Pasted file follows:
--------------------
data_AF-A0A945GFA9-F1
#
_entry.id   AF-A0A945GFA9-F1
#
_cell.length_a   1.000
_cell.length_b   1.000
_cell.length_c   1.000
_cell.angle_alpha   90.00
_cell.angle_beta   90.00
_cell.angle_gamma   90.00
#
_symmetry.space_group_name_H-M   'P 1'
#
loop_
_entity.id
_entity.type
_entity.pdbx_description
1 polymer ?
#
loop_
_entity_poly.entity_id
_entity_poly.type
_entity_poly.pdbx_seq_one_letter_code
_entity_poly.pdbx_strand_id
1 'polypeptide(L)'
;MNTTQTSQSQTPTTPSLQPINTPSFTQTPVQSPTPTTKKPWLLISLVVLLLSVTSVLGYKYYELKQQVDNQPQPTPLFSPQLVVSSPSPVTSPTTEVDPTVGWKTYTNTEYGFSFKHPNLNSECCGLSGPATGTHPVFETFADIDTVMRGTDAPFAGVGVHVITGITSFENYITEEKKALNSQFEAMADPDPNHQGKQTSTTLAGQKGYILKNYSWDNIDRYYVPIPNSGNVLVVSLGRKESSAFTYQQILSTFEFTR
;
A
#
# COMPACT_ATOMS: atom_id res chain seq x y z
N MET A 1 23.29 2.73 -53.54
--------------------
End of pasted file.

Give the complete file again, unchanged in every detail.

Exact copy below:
data_AF-A0A945GFA9-F1
#
_entry.id   AF-A0A945GFA9-F1
#
_cell.length_a   1.000
_cell.length_b   1.000
_cell.length_c   1.000
_cell.angle_alpha   90.00
_cell.angle_beta   90.00
_cell.angle_gamma   90.00
#
_symmetry.space_group_name_H-M   'P 1'
#
loop_
_entity.id
_entity.type
_entity.pdbx_description
1 polymer ?
#
loop_
_entity_poly.entity_id
_entity_poly.type
_entity_poly.pdbx_seq_one_letter_code
_entity_poly.pdbx_strand_id
1 'polypeptide(L)'
;MNTTQTSQSQTPTTPSLQPINTPSFTQTPVQSPTPTTKKPWLLISLVVLLLSVTSVLGYKYYELKQQVDNQPQPTPLFSPQLVVSSPSPVTSPTTEVDPTVGWKTYTNTEYGFSFKHPNLNSECCGLSGPATGTHPVFETFADIDTVMRGTDAPFAGVGVHVITGITSFENYITEEKKALNSQFEAMADPDPNHQGKQTSTTLAGQKGYILKNYSWDNIDRYYVPIPNSGNVLVVSLGRKESSAFTYQQILSTFEFTR
;
A
#
# COMPACT_ATOMS: atom_id res chain seq x y z
N MET A 1 23.29 2.73 -53.54